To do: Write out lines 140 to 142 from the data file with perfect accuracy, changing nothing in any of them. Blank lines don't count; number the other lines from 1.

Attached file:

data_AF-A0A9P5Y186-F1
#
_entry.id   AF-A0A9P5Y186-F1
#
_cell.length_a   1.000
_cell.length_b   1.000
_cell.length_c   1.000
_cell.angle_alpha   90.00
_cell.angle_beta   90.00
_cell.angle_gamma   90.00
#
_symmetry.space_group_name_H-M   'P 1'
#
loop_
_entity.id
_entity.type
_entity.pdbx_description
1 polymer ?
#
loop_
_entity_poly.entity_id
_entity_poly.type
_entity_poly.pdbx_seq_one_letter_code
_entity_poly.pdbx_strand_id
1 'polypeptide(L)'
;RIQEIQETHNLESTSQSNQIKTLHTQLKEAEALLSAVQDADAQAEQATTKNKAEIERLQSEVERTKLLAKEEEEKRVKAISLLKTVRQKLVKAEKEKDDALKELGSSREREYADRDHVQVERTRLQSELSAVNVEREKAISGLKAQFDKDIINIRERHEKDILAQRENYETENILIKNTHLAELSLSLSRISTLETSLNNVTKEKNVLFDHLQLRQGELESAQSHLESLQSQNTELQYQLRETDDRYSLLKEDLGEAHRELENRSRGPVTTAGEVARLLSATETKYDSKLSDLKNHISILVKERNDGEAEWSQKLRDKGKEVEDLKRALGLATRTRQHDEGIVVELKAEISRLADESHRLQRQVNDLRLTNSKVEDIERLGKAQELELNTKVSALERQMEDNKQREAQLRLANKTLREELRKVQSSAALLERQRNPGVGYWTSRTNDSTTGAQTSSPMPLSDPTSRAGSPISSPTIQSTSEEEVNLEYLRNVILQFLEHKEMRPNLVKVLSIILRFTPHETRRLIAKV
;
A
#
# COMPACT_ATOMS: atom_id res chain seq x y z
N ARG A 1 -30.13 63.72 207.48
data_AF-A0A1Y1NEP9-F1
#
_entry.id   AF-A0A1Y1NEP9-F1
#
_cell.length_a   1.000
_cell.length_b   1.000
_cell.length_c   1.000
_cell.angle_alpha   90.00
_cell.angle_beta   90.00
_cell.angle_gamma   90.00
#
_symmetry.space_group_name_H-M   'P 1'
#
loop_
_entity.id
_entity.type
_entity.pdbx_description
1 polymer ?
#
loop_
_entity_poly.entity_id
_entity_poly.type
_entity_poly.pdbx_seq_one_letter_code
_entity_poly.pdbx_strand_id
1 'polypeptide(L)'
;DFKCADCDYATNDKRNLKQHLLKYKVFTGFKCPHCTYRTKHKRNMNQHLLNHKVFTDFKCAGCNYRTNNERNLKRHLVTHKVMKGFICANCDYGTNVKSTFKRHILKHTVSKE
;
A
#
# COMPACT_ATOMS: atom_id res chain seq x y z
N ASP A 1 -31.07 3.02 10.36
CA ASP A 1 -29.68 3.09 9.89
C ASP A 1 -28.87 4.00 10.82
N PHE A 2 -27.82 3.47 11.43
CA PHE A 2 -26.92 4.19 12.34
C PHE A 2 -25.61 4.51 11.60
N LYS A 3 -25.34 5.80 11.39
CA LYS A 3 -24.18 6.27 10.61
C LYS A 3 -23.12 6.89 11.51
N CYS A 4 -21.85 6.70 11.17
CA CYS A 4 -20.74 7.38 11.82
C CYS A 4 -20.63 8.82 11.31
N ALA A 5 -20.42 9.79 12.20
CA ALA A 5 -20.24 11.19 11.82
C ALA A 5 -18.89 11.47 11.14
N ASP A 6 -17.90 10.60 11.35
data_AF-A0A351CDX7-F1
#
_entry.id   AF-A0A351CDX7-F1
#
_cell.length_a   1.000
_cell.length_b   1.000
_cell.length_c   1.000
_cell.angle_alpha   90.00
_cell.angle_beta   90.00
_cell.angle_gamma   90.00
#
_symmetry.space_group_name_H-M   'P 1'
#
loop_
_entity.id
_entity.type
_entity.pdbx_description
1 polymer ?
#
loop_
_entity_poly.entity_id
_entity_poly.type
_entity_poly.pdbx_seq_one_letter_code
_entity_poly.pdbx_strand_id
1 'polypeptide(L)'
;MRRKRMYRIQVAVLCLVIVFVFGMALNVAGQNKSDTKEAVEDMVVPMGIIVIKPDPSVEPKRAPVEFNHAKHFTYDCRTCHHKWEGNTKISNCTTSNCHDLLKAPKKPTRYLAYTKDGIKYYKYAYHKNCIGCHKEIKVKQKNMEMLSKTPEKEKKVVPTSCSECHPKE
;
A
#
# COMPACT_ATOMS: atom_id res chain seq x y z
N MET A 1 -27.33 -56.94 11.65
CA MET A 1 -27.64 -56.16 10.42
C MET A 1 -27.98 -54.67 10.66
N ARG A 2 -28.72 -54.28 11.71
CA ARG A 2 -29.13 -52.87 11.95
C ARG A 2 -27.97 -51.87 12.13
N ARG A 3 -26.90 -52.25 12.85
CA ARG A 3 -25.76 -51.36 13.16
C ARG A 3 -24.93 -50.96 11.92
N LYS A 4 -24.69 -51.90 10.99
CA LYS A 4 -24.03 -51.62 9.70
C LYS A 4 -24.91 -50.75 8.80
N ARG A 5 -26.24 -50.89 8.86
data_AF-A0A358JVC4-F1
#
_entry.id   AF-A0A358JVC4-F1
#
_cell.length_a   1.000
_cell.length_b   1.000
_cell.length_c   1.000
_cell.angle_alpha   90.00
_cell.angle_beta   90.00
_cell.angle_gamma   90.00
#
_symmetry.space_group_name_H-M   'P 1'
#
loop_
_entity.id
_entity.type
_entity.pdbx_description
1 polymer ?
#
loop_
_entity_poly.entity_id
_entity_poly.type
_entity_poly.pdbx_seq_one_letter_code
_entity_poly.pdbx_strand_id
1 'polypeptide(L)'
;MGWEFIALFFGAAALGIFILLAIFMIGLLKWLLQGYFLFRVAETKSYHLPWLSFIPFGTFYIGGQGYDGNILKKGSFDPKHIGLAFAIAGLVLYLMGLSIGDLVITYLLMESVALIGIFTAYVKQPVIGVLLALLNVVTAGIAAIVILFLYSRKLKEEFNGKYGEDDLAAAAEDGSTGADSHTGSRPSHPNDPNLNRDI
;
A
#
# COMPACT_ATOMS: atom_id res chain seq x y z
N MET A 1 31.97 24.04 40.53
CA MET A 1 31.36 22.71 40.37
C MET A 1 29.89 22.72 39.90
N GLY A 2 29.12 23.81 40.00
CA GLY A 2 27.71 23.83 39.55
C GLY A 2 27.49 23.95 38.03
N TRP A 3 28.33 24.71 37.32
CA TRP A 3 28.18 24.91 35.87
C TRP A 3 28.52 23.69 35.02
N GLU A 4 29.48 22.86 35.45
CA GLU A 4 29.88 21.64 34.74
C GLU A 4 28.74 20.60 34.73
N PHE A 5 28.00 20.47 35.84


loop_
_entity_poly.entity_id
_entity_poly.type